Impact of high sucrose diets on the discrimination of spatial and object memories with overlapping features

Buyukata, C, Vukalo, M, Xu, T, Khore, M and Reichelt, A 2018, 'Impact of high sucrose diets on the discrimination of spatial and object memories with overlapping features', Physiology and Behavior, vol. 192, pp. 127-133.

Document type: Journal Article
Collection: Journal Articles

Title Impact of high sucrose diets on the discrimination of spatial and object memories with overlapping features
Author(s) Buyukata, C
Vukalo, M
Xu, T
Khore, M
Reichelt, A
Year 2018
Journal name Physiology and Behavior
Volume number 192
Start page 127
End page 133
Total pages 7
Publisher Elsevier
Abstract High sucrose diets (HSDs) have been shown to have detrimental effects on hippocampal dependent memory in rats, including the performance of spatial tasks reliant on pattern separation, a cognitive process involved in minimising interference during memory encoding. As such we sought to investigate the impact of HSDs on object and spatial recognition tasks that varied the cognitive load placed on pattern separation processes. Young male and female rats were 4 weeks old at the start of diet manipulations. Rats in the HSD condition were provided with daily access to 10% sucrose solution for 2 h per day across a 28 d period, during which they were assessed on their performance of memory tasks that varied the similarity of spatial arrangements (Spontaneous Location Recognition, SLR) and object features (Novel Object Recognition, NOR) to determine the effect of HSD on memory encoding processes. Both female and male rats that consumed HSDs were impaired at NOR when objects shared multiple features (s-NOR), however when objects were distinct, novel object recognition was not impacted by HSD consumption. Male rats in the control condition generally outperformed female rats in the SLR task when there were small spatial separations (s-SLR) but not when there were large spatial separations (d-SLR). HSD consumption disrupted performance of d-SLR in female rats, but not male rats. Specific HSD deficits were observed in HSD consuming male rats in the s-SLR task. However, the volume of sucrose consumed differed between sexes, and may have impacted memory differentially. These findings indicate that HSD-induced memory deficits may extend to pattern separation dependent recognition memory mechanisms when objects share overlapping features, and impairments in spatial tasks may be more pronounced in female rats.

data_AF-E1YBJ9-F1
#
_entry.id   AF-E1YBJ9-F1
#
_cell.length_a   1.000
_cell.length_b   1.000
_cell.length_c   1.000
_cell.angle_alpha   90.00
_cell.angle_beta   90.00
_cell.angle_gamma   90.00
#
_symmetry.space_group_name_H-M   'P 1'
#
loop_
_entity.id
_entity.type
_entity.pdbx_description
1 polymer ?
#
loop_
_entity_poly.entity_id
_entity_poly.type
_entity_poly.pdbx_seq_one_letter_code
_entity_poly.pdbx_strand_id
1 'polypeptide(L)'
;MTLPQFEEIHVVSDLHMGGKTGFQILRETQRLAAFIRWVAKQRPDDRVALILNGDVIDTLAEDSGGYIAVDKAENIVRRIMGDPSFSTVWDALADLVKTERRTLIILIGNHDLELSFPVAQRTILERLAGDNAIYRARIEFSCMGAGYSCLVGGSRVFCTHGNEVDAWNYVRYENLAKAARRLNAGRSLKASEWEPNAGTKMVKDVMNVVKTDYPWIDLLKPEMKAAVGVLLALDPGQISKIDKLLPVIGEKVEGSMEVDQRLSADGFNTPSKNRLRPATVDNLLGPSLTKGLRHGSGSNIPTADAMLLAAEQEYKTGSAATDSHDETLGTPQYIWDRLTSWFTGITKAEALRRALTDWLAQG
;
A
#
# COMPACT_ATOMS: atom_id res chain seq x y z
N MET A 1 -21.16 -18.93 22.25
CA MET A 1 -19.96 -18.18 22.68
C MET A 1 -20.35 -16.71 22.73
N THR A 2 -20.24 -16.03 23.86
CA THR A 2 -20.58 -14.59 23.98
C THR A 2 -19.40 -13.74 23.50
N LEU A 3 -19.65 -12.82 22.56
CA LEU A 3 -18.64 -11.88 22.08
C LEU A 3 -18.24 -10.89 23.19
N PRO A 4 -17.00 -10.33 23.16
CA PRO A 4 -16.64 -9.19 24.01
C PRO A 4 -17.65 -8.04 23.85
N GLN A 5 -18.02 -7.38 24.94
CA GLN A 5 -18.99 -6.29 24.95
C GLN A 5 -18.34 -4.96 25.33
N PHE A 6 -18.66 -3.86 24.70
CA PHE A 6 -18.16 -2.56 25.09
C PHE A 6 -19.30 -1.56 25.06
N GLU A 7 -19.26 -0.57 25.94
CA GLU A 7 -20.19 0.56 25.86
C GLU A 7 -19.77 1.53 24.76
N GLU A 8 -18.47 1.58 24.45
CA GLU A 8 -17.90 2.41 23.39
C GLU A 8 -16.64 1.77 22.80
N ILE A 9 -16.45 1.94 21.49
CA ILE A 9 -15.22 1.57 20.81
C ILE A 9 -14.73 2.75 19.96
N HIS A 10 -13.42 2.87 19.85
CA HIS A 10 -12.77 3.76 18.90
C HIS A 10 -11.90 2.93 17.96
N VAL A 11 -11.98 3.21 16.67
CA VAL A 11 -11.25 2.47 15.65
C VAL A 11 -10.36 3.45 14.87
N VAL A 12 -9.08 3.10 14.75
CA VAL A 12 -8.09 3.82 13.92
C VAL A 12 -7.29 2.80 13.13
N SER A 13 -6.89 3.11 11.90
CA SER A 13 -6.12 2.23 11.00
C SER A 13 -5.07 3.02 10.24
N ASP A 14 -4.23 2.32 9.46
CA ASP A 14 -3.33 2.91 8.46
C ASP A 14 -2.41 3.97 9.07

Subject Psychology and Cognitive Sciences not elsewhere classified
Medical and Health Sciences not elsewhere classified
Biological Sciences not elsewhere classified
Keyword(s) High sucrose diet
Memory encoding
Novel object recognition
Perirhinal cortex
Spatial memory
DOI - identifier 10.1016/j.physbeh.2018.02.027
Copyright notice © 2018 Elsevier Ltd. All rights reserved
ISSN 0031-9384
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